Honoring Josephine

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Honoring Josephine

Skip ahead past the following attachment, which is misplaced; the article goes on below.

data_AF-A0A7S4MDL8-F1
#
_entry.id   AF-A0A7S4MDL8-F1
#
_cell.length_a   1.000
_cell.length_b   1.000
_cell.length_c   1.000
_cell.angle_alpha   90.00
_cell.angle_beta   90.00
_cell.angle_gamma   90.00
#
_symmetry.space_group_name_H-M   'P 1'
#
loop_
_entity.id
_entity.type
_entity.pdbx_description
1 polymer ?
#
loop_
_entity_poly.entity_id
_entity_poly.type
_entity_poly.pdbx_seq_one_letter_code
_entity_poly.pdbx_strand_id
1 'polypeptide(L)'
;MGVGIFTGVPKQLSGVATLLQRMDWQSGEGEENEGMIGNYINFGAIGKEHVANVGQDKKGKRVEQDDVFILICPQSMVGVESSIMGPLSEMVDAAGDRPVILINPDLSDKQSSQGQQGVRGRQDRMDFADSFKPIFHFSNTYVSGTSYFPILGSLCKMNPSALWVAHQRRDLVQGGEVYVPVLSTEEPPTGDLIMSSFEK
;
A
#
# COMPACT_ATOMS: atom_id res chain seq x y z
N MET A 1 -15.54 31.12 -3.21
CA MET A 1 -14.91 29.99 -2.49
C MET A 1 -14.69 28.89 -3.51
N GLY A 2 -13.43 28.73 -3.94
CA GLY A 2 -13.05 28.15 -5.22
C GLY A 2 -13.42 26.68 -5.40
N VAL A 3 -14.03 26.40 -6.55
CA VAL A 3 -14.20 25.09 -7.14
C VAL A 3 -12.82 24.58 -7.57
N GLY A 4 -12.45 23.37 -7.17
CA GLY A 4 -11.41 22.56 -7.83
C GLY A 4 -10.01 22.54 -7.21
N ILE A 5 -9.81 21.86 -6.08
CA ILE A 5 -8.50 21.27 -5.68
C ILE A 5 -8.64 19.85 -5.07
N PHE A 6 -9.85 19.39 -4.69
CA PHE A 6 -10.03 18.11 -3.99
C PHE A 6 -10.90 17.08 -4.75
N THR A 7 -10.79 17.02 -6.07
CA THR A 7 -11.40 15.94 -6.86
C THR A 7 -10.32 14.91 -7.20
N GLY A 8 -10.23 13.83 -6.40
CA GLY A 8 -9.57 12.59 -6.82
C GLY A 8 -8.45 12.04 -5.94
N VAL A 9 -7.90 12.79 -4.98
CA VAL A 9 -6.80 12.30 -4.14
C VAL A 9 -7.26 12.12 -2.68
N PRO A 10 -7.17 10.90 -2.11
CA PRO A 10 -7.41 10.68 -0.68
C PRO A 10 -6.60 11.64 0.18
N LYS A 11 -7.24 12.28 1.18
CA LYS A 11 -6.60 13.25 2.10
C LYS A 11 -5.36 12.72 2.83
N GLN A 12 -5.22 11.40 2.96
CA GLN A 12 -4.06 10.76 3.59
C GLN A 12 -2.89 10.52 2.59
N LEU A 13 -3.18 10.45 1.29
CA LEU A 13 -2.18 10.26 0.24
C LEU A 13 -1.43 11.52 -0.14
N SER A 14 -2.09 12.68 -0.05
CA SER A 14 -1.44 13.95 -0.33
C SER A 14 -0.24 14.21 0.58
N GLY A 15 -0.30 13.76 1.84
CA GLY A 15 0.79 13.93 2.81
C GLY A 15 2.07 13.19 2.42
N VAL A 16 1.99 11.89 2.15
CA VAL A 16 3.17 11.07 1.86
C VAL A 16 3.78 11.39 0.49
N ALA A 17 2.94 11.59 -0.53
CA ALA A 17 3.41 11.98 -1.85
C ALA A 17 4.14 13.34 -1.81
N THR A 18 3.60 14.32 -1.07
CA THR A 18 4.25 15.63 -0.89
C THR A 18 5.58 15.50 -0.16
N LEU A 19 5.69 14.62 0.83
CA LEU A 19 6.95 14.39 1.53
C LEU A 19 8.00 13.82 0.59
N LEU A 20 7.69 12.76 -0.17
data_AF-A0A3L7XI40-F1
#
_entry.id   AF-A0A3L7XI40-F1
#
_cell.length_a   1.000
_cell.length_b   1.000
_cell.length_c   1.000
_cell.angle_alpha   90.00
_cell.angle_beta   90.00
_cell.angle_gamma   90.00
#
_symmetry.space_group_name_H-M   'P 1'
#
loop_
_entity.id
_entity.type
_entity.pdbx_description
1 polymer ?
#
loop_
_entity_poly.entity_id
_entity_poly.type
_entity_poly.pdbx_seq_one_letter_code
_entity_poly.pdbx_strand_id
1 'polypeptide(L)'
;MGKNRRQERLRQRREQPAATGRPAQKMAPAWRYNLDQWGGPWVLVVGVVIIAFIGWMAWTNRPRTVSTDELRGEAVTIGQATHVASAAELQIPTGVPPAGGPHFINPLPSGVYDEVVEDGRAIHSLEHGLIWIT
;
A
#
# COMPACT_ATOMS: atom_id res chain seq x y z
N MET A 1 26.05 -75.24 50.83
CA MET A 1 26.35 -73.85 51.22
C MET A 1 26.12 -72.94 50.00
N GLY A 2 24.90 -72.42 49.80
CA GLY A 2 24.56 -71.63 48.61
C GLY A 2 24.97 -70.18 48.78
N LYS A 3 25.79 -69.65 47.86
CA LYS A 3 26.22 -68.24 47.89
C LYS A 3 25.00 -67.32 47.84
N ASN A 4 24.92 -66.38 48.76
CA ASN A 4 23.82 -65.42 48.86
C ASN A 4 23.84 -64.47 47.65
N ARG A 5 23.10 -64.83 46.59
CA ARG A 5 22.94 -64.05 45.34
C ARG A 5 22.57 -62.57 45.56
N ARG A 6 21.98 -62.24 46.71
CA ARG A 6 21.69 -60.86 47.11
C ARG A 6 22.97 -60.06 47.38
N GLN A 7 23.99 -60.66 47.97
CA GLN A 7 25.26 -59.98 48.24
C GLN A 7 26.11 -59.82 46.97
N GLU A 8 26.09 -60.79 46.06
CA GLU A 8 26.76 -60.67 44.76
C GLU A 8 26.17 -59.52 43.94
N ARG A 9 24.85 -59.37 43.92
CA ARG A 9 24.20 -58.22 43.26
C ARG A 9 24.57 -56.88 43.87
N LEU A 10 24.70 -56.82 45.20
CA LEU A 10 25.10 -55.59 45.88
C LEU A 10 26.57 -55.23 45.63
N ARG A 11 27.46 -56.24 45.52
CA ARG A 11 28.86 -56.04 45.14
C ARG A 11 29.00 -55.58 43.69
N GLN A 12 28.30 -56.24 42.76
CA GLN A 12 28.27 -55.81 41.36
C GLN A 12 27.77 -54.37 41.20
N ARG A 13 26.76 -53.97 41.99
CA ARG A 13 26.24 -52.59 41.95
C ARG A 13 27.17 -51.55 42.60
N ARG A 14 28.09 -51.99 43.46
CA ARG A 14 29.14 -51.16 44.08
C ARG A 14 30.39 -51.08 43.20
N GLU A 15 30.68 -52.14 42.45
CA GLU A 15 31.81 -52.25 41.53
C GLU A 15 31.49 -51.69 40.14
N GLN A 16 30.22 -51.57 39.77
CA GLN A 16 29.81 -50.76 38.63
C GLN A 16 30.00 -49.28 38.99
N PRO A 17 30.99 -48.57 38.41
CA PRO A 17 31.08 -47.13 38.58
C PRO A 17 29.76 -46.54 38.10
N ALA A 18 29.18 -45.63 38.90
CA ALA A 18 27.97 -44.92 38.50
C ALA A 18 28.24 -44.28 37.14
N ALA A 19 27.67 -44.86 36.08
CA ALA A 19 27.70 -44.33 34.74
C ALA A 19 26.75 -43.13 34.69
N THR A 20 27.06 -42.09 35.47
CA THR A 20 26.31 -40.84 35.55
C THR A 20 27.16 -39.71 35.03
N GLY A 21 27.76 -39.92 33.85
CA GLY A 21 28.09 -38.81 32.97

Josephine Baker was a legend in her time.  Entertainer, devoted servant to France (her adopted country) and champion of the fight against racism, she is perhaps best known for her adoption of twelve multiracial children who became known as the Rainbow Tribe.  Josephine and her husband, Jo Bouillon, made a home for their children in a château in southwest France.  Baker owned not only the château, but also the entire village in which it was located – Les Milandes (Castelnaud La Chapelle) of the Dordogne region in southwest France. Josephine would have been 100 years old on June 3, 2006.  To pay homage to her on this milestone occasion, the owners of her former residence, Château des Milandes, and an association called Opération Joséphine organized a magnificent centenary event.  On the evening of June 2, the owner of Château des Milandes welcomed visitors to a gala celebration that featured a gourmet dinner, wine and song.  And on June 3, Opération Joséphine unveiled a statue to commemorate an important aspect of Baker’s legacy – her love for children. Friday’s gala celebration began with champagne and hors d’oeuvres under crystal clear skies in the courtyard of the château.  The music of a four-piece jazz band wafted through the village on the spring breeze, and two falconers displayed their prized raptors under magnificent 100-year old magnolia trees.  Participants visited the three-story château that serves as a museum – indeed, a monument – to Baker’s life and achievements, before repairing to the wine house for the dinner festivities. Approximately 90 people attended the 150-euro dinner, and roughly 10% of those in attendance made the pilgrimage from the U.S. to participate in the historic event.  The owner of the château, Angélique de Saint-Exupéry, presented a slide show of the history of Les Milandes.  She repeatedly mentioned the impact that Josephine had on the community after occupying the château in 1937.  Baker rented Château des Milandes for 10 years prior to purchasing it in 1947.  Two years later, she launched her dream of a lifetime – the Village of the World.  Consisting of a 300 hectare farm (~740 acres), a luxury hotel, an amusement park and other attractions, it put Dordogne on the map as a tourist destination in southwest France. Akio Bouillon, eldest son of the Rainbow Tribe, spoke with emotion about what the events of the weekend meant to him.  Alain Bogaert, president of Opération Joséphine, presented his association’s project and introduced the sculptor of the statue, Anne Dominique (Chousky) Marichal.  And Sonia Roland, Miss France 2000, spoke of how Josephine’s love of children of all races and religions inspired her to found an association to create a village for the orphaned children of Rwanda called Maïsha Africa.  Roland will star in a French film on Josephine Baker’s life, to be aired in November or December of 2006. Dinner was followed by a wine auction and entertainment provided by two performers who sang renditions of Baker’s most famous songs.  Rosemary Phillips traveled from Barbados to dazzle the crowd with her take on “J’ai Deux Amours, Mon Pays et Paris” and other songs, while Charleyne Perry entertained diners with several cuts from her CD Charleyne Sings Josephine.  Proceeds from the dinner and wine auction were divided between Maïsha Africa and Opération Joséphine. The following afternoon, local residents gathered to witness the unveiling of the statue.  As president of Opération Joséphine, Alain Bogaert presided over the ceremony.  A contingent of Dordogne World War II veterans performed a military flag ceremony in honor of Baker’s involvement in the French Resistance.  Akio Bouillon then took the microphone to announce festivities in other parts of the world in honor of his mother.  Sonia Roland displayed a cape that Josephine wore during the last performance run of her life at Paris’ Bobino Theater, and then removed the French and American flags that covered the statue in a dramatic unveiling.  A band played The Star Spangled Banner and La Marseillaise.   A letter from the president of the NAACP was read – it honored the family that owns Château des Milandes and the founders of Opération Joséphine for preserving Baker’s legacy in France. Chousky took the stage beside M. Bogaert as he announced the name of the statue: Galaxie – La Voix Lactée.  Several local and regional dignitaries then spoke about the pride and honor that the region still bears because of Baker’s presence among them.  They included Germinal Peiro (Mayor of Castelnaud La Chapelle), Bernard Cazeaux (President of the Conseil Général of Dordogne) and Raphaël Bartold (Préfet of Dordogne).  Bogaert acknowledged several locals who knew Josephine personally and who were present in the crowd, including her 76-year old chauffeur, Noël.  The afternoon culminated with musical performances by several local artists, Rosemary Phillips and Charleyne Perry, and Dany Révél – the last pianist to play with Josephine. The statue is cast in bronze and depicts a child embracing a simply clad Josephine.  It stands on a base of stones from the Dordogne River and Missouri.  Around this is a pedestal of white Périgord stone, marked with the footprints of twelve children to represent the twelve members of Josephine and Jo Bouillon’s Rainbow Tribe. The centennial was also celebrated in Paris.  A French association called Tous Enfants de Joséphine Baker (All Children of Josephine Baker) organized a full day of activities on June 3, including a ceremonial wreath-laying at place Josephine Baker in the 14th arrondissement. Several members of Josephine’s adopted children and grandchildren were present at the festivities, along with the mayors of the 14th arrondissement and the town of Le Vésinet, celebrities, and locals from the French and African-American…
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